For the dogs that are pacing, panting, drooling, circling, howling, pawing at their owners, climbing on to furniture, hiding under the bed, in the closet, digging out of doors or windows there is help for them. There are different levels of fear, and each level causes some physical pain. The dog may not be completely fearless in storms, but they can be more calm, which is much better for them.
Proper anti anxiety medication (not just tranquilizers) on storm days or through the season are very effective. These medications are not sedatives, although sedatives may be a part of combination treatment in severe cases. Your dog will not be constantly drugged out. A check up and blood check are needed before starting treatment. Many dogs that have been on medications through a storm season needed significantly less meds or even none at all the next season.
A plan to help your pet have a better storm season is possible with the help of a veterinarian and staff offering behavioral help. Okaw Veterinary Clinic offers exams and consults to prepare a thunderstorm plan for your dog. Helping your dog will also help you. I will be giving a community seminar about thunderstorm fear Sunday April 17th at 2 pm Prairieland Feeds. Sign up for our email list to be contacted about other talks as well as our newsletter featuring a coupon for DAP. Contact Okaw Vet Clinic at 217-253-3221, look at the services we offer or read Dr. Foote's blog for more help.
Animal Pheromones ? Weird Science or What?
Pheromones are biologically active chemicals. These chemicals are typically produced naturally by one animal to affect another animal, usually of the same species. In simple terms, this is where a mother dog makes a chemical in the skin near her breast. When the puppies absorb this chemical as they start to nurse, the puppies relax and calm down so they nurse better. This pheromone acts on the brain of the puppy to calm them (that is what biologically active means).
There are lots of types of pheromones in nature for all the different species. In the animal care world, there are different products available now that are pheromone based to help with behavior. There are some that are synthetic (meaning lab created) pheromones that copy the natural product made and some are plant origin products. There is a difference in how effective the synthetic pheromones and the plant based products work.
Feliway and Adaptil are 2 synthetic pheromone products. They work to calm cats (Feliway) or dogs (Adaptil) specifically. There is also a synthetic horse pheromone product made by CEVA. They work directly on the animal?s receptors in their brain to calm them. How much these products will help decrease fear depends on how intense the fear is. The animal will calm down a bit, but if they are very upset they will calm to mildly upset. These products reduce fear, they do not eliminate it. They are not sedatives and can be used other medication. Often I prescribe an antianxiety medication such as Alprazolam along with an Adaptil collar to get the best calming effect without sedation for thunderstorms.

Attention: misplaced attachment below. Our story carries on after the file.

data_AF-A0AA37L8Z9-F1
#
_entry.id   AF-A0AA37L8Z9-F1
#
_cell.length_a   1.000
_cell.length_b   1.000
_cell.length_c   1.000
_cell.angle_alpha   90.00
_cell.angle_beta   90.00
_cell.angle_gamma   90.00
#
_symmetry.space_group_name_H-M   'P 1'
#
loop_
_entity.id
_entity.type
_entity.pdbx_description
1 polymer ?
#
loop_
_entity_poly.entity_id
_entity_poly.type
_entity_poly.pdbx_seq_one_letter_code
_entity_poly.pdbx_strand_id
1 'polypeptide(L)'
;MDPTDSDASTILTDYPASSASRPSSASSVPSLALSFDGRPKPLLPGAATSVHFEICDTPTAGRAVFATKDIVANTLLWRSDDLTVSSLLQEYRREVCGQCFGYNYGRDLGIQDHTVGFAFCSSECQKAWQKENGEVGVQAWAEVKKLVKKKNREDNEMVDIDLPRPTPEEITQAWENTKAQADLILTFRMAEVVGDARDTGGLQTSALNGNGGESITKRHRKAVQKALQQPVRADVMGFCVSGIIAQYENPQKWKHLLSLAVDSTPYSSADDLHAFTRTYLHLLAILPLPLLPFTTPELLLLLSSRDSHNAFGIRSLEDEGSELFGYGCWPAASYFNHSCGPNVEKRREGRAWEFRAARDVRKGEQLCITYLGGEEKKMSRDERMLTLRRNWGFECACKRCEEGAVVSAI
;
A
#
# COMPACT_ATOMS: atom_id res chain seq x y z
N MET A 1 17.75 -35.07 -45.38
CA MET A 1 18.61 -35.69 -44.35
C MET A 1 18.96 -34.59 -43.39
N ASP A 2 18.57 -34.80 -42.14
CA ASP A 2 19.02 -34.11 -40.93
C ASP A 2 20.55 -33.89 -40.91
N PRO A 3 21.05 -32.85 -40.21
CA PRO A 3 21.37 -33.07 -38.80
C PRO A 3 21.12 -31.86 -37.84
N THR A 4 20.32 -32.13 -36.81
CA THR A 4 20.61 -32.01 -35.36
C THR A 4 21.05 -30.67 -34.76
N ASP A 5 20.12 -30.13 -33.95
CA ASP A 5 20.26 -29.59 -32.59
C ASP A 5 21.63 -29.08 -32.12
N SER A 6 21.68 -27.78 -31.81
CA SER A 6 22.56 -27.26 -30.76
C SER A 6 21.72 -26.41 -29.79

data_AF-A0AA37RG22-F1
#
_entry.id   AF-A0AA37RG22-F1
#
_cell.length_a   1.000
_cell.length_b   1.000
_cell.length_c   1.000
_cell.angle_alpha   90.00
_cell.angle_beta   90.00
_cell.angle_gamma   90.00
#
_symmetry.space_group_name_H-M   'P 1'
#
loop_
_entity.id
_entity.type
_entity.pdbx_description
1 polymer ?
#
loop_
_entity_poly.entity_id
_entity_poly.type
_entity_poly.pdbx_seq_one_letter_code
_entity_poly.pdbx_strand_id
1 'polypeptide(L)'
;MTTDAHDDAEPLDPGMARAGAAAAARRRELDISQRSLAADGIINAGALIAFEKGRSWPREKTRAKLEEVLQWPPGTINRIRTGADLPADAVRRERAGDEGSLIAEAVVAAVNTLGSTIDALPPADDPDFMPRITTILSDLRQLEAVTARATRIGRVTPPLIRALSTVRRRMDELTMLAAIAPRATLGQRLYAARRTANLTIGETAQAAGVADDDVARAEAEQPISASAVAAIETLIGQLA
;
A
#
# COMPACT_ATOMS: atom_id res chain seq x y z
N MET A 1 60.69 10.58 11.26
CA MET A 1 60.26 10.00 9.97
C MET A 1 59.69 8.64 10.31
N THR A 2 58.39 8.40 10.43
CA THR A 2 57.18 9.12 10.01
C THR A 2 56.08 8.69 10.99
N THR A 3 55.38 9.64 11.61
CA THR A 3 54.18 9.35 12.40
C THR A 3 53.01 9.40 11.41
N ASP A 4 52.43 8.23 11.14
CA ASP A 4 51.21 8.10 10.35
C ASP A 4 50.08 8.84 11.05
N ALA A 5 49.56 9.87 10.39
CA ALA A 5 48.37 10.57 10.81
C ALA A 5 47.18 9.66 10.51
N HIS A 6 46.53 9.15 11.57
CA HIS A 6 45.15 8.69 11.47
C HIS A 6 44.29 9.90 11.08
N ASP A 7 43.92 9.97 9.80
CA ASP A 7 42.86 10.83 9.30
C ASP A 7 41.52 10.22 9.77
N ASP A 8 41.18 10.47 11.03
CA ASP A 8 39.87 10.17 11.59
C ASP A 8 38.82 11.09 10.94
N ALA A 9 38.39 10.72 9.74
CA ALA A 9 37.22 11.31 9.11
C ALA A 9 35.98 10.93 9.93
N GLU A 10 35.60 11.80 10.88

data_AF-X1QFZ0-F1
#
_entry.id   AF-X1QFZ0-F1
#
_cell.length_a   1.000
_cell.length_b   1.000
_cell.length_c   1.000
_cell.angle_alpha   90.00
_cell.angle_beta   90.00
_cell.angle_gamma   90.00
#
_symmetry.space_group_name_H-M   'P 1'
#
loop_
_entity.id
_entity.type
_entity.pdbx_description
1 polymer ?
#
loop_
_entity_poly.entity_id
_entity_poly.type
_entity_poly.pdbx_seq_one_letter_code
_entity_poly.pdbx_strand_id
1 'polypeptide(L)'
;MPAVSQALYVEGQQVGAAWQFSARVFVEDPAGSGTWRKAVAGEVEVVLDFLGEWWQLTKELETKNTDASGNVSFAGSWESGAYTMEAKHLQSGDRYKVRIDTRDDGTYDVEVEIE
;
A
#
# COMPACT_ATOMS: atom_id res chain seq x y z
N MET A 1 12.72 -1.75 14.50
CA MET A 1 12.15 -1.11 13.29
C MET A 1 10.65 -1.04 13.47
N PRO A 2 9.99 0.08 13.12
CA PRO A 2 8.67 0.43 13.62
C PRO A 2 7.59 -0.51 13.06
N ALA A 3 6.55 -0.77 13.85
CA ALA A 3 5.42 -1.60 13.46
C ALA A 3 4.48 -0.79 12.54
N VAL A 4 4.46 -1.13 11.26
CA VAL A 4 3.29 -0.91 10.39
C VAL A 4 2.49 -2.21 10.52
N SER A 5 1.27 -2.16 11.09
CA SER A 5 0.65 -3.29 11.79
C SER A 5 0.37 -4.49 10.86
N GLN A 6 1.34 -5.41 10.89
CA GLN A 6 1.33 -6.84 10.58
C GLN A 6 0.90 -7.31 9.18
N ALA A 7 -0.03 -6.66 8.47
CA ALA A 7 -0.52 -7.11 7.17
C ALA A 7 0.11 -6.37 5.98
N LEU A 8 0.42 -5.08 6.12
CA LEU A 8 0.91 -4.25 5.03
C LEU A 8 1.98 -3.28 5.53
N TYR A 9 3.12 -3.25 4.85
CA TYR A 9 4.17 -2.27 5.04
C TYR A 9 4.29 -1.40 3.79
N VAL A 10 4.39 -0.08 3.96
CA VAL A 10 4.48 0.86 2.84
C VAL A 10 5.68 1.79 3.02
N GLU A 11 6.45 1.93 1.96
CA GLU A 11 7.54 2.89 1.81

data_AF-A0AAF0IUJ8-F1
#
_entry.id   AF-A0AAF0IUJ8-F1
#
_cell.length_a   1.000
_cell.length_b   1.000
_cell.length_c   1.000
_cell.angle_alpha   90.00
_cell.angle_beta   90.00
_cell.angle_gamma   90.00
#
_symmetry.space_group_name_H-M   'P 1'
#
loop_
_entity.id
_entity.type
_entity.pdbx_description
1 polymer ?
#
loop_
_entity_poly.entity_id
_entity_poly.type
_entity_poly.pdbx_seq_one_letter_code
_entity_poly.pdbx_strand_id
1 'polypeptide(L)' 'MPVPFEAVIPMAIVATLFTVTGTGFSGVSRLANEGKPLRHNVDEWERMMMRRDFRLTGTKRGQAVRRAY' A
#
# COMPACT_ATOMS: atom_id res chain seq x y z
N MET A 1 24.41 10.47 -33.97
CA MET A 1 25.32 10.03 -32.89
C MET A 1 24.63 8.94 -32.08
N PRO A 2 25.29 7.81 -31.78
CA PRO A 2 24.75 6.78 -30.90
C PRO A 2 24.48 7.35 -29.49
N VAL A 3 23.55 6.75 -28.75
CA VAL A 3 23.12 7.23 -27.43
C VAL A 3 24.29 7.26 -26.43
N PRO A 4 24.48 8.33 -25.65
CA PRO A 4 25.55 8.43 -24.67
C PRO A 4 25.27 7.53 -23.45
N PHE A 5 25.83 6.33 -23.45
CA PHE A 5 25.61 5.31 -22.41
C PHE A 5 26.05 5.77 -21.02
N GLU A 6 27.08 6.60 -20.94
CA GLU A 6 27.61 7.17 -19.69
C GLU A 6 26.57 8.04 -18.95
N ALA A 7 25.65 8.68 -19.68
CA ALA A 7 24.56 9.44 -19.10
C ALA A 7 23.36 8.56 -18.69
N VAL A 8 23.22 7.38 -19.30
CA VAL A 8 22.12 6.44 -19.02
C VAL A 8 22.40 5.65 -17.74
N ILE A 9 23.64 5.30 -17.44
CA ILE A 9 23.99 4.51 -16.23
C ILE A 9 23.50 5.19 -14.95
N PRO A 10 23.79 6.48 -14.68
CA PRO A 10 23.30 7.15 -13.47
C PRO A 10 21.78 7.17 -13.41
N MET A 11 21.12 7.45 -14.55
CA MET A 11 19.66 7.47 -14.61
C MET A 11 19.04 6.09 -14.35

There are other collars, tags and sprays that use Lavender, chamomile or Rosemary and are called pheromone products. Please do not confuse these with the true animal pheromones. There may be a calming effect from these products, but it is much less consistent than Adaptil or Feliway. So some pet owners have tried these products and have been disappointed in the results. If you have tried a pheromone collar for thunderstorm phobia you got from the pet store it is not the Adaptil collar. If you were disappointed in the results, it may be due to the fact it is not the true pheromone that the dog?s brain responds to. Currently the Adaptil collars are only available through veterinarians. The lavender collars usually will not work as well since the animal does not have the receptors in the brain for the lavender product. If the plant based products are working for your pet ? great! It is very likely there is some kind of calming effect. How it works, and how reliable it is for an animal is not yet known.
All of these pheromone products last for a specific time. Adaptil spray will last 4 hours on a bandana or in an area. Feliway will last 24 hours sprayed in the room. The collars and diffusers will last a month. It is helpful to mark your calendar to remind you to renew the collars and diffusers.